One other recollection stands out. Smiley had once interviewed Karla, now head of Moscow Centre, the Soviet equivalent of the Circus. At the time, Karla was as far as Smiley knew simply a captured spy who would probably be shot if sent back to Russia. Smiley offered Karla some inducements to defect, but he refused to respond. Smiley, somehow sensing a kindred soul, all but begged him to accept, but Karla stayed silent, was deported, and managed to kill and replace the head of Soviet intelligence. Smiley realizes that while Karla gave nothing away, Smiley had unintentionally bared his weaknesses to an enemy. Karla also got away with an engraved lighter that Ann had given Smiley.
Piecing all of this together, because his lack of ability to deal with people well enough to be a successful husband or human being is matched only by his brilliance in understanding them in the context of espionage, Smiley realizes that there’s a connection between Merlin and Gerald. Witchcraft is a plant, designed to make the Circus look effective and hide the fact that it’s been infiltrated by a highly placed mole. Merlin is supplying just enough information to the Circus to ensure that more valuable information continues to flow the other way. But who is the mole?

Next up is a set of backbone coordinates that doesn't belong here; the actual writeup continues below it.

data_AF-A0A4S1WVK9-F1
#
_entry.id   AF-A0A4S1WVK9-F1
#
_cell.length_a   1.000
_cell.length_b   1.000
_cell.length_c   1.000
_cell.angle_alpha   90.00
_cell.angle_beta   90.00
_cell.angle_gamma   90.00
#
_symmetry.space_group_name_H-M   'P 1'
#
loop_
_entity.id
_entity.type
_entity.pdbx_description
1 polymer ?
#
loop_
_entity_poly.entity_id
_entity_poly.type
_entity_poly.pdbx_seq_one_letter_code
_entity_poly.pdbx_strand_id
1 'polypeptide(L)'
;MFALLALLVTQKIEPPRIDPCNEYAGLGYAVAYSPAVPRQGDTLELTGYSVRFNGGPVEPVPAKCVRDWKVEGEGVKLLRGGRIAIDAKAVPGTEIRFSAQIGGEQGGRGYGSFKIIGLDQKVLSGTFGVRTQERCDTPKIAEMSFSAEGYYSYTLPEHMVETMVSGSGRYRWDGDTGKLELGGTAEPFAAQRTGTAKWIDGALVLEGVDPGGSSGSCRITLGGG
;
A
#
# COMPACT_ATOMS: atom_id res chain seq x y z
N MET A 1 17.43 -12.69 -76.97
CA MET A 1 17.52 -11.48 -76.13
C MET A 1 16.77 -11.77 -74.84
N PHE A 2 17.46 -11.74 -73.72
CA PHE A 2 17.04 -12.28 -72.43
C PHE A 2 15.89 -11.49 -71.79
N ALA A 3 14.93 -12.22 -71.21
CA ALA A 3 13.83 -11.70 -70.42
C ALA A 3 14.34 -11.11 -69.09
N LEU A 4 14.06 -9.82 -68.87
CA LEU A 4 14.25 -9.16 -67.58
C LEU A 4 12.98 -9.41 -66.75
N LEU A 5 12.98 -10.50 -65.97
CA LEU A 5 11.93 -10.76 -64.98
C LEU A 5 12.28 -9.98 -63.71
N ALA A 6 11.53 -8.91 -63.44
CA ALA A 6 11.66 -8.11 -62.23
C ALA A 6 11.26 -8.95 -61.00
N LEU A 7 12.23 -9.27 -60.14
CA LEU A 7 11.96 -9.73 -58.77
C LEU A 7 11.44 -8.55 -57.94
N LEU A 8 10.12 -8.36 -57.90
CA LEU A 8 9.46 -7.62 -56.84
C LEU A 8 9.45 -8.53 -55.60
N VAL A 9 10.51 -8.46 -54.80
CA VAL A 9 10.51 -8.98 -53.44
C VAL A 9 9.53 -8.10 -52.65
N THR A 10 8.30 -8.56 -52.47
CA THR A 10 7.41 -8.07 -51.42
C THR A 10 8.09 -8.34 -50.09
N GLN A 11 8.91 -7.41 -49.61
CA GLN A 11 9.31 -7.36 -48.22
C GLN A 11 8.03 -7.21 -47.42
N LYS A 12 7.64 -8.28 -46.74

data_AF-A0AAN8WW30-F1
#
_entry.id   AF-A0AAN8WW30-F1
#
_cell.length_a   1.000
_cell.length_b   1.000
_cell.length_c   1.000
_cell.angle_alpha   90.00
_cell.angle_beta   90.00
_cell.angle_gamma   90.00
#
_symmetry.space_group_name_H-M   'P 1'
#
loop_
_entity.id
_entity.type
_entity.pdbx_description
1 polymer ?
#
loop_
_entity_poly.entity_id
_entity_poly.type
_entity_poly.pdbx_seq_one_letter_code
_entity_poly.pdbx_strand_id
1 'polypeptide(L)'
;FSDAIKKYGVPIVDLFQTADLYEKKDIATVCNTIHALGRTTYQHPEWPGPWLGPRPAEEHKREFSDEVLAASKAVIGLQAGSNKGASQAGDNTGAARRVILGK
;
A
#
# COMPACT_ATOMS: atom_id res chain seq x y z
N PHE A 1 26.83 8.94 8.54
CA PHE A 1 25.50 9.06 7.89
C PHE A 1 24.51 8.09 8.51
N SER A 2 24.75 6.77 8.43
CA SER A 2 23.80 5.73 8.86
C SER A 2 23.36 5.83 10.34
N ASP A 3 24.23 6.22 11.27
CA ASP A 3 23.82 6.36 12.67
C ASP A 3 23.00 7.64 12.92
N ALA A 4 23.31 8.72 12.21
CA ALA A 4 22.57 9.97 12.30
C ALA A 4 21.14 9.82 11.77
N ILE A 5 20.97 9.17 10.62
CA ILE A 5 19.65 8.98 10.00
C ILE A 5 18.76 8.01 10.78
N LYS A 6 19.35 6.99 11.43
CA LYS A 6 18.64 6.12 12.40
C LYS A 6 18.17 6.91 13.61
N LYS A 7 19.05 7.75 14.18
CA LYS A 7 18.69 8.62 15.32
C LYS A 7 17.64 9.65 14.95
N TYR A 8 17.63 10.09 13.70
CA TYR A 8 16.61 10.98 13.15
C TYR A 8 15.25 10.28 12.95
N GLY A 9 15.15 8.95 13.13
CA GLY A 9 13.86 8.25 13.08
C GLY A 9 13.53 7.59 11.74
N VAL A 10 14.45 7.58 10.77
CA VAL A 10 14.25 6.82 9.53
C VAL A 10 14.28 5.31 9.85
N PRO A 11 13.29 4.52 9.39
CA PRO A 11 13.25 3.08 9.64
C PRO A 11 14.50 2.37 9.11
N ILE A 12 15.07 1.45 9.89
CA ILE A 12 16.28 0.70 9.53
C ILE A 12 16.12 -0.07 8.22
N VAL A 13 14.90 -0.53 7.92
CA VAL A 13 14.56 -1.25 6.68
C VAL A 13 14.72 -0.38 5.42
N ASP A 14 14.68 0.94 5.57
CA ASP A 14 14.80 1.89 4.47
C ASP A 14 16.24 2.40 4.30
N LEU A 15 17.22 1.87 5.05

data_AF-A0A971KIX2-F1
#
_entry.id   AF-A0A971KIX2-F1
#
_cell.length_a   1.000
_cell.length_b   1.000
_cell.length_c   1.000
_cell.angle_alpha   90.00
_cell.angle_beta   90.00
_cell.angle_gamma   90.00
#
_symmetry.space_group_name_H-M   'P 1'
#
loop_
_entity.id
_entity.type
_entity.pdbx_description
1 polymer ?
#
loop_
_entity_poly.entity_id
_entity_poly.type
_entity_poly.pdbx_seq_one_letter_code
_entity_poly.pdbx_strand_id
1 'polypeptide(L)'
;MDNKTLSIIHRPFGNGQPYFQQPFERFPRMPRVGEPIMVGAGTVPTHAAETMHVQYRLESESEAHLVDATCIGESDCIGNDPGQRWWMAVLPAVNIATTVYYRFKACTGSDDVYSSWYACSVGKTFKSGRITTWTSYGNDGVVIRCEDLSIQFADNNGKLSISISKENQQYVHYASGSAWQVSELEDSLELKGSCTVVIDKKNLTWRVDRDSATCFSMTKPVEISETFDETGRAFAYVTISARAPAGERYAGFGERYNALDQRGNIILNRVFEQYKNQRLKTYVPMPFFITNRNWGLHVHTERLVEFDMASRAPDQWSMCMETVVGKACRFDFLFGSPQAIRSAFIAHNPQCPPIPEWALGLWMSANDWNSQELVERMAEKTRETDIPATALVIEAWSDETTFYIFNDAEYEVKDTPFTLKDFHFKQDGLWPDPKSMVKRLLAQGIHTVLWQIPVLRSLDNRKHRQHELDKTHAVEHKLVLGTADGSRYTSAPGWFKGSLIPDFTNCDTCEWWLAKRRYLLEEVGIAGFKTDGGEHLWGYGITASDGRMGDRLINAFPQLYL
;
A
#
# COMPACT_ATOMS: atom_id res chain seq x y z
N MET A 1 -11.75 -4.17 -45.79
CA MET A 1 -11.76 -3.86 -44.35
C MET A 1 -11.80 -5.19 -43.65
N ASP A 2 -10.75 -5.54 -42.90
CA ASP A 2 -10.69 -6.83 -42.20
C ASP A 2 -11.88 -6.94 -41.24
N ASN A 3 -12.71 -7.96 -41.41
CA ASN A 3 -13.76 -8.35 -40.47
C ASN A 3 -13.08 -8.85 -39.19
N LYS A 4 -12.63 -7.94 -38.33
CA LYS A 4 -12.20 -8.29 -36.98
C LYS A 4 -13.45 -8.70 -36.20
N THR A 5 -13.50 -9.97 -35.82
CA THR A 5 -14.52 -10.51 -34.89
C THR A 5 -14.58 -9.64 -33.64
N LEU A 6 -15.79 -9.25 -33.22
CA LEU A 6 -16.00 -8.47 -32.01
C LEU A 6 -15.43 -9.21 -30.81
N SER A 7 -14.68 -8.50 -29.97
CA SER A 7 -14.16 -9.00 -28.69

Image by danxoneil
- The first can be found here. [↩]
- Apparently no one there knows his real name. This seems unlikely to me: didn’t they have tax withholding and a pension plan? [↩]
- Out of a combination of justified disdain, personal dislike, and simple snobbery. [↩]
- Source: Merlin. Intelligence produced: Witchcraft. [↩]
- This is oddly similar to what Smiley is doing now, except that Smiley isn’t neglecting his real job. And he’s much better at it. [↩]
- As an enemy spy, he was most likely treated none too gently after being captured, which may account for others. [↩]
- We’ll meet the first two again in the sequel The Honourable Schoolboy. [↩]
- She’s very lovely, and he was odd and unattractive even as a young man, making it hard to know what she saw in him, except perhaps someone who would always forgive her. [↩]